Yet to qualify for these changes, U.S. athletes and unofficial sponsors had to submit waivers to the United States Olympic Committee by January 2016. In addition, the ads must have been in-market by March 27, 2016; for unofficial sponsors, this can be a problem. In order to stay relevant to the Games, those campaigns had to start in March and keep circulating until August. That can get extremely costly for brands, especially for small businesses.

Big corporations, like McDonald’s, Samsung, and Visa are all Rio official sponsors. These official sponsorships can cost as much as $200 million. This limited list of big brand sponsorships hold contracts with a select, few Olympians. The restrictions imposed by Rule 40 may do damage to the lesser-known athletes who don’t have as much recognition as other competitors.

During the Olympics, athletes tend to be at their earnings peak. Without being able to fully leverage their Olympian status, athletes cannot financially capitalize upon their global publicity. The Rule 40 change has allowed athletes and sponsors to think creatively on how to market themselves in ways that comply with the restrictions.

Under Armour, an unofficial sponsor, sponsors 250 Olympic athletes. The brand created a widely circulated ad with Michael Phelps that has been airing throughout the Olympics. The ad revolves around Phelps swimming to a song with the lyrics “the last goodbye”. The ad alludes to Phelps last Olympics while promoting the Under Armour brand. With Phelps’ Olympic prominence, it doesn’t matter that the ad is not an Olympic sponsored ad. The ad exudes Olympic undertones.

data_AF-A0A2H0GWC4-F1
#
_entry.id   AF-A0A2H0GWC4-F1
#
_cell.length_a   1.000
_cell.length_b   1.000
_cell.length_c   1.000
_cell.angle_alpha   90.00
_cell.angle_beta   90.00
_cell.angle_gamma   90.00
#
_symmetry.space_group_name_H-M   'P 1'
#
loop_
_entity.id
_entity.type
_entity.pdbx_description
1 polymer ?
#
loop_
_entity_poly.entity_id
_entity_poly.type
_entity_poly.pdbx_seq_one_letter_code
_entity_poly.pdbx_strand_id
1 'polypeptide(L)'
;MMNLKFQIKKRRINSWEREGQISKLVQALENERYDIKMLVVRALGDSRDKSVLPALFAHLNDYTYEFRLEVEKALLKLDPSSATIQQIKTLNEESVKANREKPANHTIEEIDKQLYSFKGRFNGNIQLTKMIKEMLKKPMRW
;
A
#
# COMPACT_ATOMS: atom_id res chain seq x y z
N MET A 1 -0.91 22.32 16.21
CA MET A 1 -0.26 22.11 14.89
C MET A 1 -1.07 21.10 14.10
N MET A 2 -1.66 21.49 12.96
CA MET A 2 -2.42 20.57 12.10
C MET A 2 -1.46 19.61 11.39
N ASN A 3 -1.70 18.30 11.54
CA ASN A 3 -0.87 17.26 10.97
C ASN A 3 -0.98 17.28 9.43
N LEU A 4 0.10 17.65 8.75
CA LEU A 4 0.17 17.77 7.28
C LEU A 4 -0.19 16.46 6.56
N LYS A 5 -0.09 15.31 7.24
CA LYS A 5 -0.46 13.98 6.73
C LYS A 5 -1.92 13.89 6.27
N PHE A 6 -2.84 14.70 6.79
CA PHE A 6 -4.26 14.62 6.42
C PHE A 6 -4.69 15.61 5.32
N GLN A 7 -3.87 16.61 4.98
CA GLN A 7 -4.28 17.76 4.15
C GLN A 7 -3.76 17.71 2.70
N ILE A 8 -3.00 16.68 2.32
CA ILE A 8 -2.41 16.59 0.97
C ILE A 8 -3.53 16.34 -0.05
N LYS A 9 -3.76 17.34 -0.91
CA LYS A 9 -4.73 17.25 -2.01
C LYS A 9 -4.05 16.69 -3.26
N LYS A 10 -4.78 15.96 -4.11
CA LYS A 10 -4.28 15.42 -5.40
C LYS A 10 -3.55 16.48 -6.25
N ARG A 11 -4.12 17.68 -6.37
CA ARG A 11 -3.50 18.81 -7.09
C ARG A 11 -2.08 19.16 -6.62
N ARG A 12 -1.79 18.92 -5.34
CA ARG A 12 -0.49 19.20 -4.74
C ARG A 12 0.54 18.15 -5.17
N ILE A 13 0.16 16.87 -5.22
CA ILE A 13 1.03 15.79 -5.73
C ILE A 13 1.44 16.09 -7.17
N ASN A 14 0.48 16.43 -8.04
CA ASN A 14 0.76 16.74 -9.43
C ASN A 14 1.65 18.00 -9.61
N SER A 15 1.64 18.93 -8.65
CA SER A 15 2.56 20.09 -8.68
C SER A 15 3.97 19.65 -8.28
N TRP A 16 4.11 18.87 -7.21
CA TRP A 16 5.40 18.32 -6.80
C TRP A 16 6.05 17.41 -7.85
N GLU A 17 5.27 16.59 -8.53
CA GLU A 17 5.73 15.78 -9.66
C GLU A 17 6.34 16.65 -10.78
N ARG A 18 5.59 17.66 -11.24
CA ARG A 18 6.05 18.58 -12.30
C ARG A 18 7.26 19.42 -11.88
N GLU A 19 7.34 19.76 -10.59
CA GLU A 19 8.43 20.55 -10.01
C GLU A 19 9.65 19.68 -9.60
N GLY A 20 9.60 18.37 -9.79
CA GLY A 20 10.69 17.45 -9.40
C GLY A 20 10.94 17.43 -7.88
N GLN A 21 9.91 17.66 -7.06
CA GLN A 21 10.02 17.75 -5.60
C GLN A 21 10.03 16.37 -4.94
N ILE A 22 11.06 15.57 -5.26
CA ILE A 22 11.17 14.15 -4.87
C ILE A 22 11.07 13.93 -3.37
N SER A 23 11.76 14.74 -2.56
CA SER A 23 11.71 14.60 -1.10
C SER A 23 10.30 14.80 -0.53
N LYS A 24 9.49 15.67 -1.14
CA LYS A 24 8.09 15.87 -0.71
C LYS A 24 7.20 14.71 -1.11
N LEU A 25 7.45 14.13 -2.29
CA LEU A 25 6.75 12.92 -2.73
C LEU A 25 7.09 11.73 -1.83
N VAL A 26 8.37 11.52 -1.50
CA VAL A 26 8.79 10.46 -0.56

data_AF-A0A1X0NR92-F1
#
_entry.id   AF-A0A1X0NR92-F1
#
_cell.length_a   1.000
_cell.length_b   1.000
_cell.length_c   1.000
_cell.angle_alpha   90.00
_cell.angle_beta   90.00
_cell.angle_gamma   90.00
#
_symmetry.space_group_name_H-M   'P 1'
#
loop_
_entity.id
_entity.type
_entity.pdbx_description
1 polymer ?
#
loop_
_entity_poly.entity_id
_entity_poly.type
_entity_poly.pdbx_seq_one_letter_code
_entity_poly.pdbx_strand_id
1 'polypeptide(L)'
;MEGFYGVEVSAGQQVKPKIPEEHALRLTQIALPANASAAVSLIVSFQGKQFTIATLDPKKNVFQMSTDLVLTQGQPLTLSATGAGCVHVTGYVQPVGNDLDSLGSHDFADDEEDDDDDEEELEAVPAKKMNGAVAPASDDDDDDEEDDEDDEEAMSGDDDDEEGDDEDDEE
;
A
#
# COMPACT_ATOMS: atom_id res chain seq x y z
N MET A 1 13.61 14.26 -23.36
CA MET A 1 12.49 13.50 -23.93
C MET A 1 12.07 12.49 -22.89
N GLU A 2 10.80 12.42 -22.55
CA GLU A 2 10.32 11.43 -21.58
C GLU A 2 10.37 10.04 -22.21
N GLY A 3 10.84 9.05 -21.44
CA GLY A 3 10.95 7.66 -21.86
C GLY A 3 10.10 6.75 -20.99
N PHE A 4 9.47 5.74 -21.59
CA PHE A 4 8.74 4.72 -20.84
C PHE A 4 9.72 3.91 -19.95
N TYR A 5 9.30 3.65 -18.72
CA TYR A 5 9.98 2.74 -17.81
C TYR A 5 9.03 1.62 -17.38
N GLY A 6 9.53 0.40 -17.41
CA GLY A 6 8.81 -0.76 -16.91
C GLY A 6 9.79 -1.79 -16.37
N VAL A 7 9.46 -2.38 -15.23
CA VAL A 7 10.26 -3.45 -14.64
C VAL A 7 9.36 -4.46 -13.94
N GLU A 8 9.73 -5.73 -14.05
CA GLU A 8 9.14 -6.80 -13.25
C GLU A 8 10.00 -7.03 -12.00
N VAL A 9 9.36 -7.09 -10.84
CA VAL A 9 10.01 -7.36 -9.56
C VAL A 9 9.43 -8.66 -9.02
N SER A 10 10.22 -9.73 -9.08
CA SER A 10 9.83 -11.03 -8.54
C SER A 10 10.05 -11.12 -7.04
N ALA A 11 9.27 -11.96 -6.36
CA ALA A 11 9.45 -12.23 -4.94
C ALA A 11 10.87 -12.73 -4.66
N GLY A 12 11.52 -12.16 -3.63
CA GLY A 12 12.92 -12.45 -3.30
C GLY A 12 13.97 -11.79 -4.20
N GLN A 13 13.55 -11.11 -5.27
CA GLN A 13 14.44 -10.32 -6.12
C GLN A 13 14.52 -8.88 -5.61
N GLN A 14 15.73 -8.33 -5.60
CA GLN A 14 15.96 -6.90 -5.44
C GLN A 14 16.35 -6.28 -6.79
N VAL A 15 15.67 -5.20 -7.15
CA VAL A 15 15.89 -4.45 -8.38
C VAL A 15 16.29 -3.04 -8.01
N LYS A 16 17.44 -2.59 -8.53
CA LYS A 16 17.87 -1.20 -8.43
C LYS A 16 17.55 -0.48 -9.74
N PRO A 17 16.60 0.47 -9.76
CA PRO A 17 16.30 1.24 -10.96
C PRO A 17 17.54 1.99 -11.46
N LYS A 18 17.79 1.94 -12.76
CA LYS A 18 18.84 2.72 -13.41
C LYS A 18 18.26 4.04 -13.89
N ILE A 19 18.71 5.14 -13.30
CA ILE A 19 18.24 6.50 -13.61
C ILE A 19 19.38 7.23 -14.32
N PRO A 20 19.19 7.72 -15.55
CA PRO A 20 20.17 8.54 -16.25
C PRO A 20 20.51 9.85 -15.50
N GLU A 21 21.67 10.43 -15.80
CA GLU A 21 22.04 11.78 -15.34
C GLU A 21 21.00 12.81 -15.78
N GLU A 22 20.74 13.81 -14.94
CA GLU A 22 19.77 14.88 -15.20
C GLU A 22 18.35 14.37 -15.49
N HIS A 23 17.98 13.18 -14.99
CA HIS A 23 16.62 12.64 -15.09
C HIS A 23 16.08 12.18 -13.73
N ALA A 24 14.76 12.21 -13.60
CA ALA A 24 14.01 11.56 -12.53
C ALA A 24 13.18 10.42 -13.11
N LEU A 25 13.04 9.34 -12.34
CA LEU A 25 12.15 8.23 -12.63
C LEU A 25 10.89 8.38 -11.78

Although official sponsorships can use the Olympic ring logo and terminology, if an ad has a prominent Olympian people will think of the Olympics. Now that unofficial sponsors can now run ads with Olympians during the Olympic Games, the value of official sponsors may be devalued. With everyone on a more evenly leveled playing field, each marketing campaign fiercely competes to capture the consumers’ attention.

Programmatic Native Advertising

Programmatic Native Advertising

We’ve all had the experience of mobile pages loading almost instantly, littered with gaping holes in the text. After a few seconds, we see those holes filled by an advertisement that finally drops into place. A significant reason for this lag-time is the different file types used to create those mobile pages. Often times, when that ad finally appears, it may not quite “fit” the page.

By its very nature, mobile content has to be powerful. It needs to be nimble on delivery. To meet the needs of the mobile user experience (UX), Google created the open-source format, AMP (Accelerated Mobile Pages). Their end-purpose is to load mobile data quickly regardless of the mobile platform.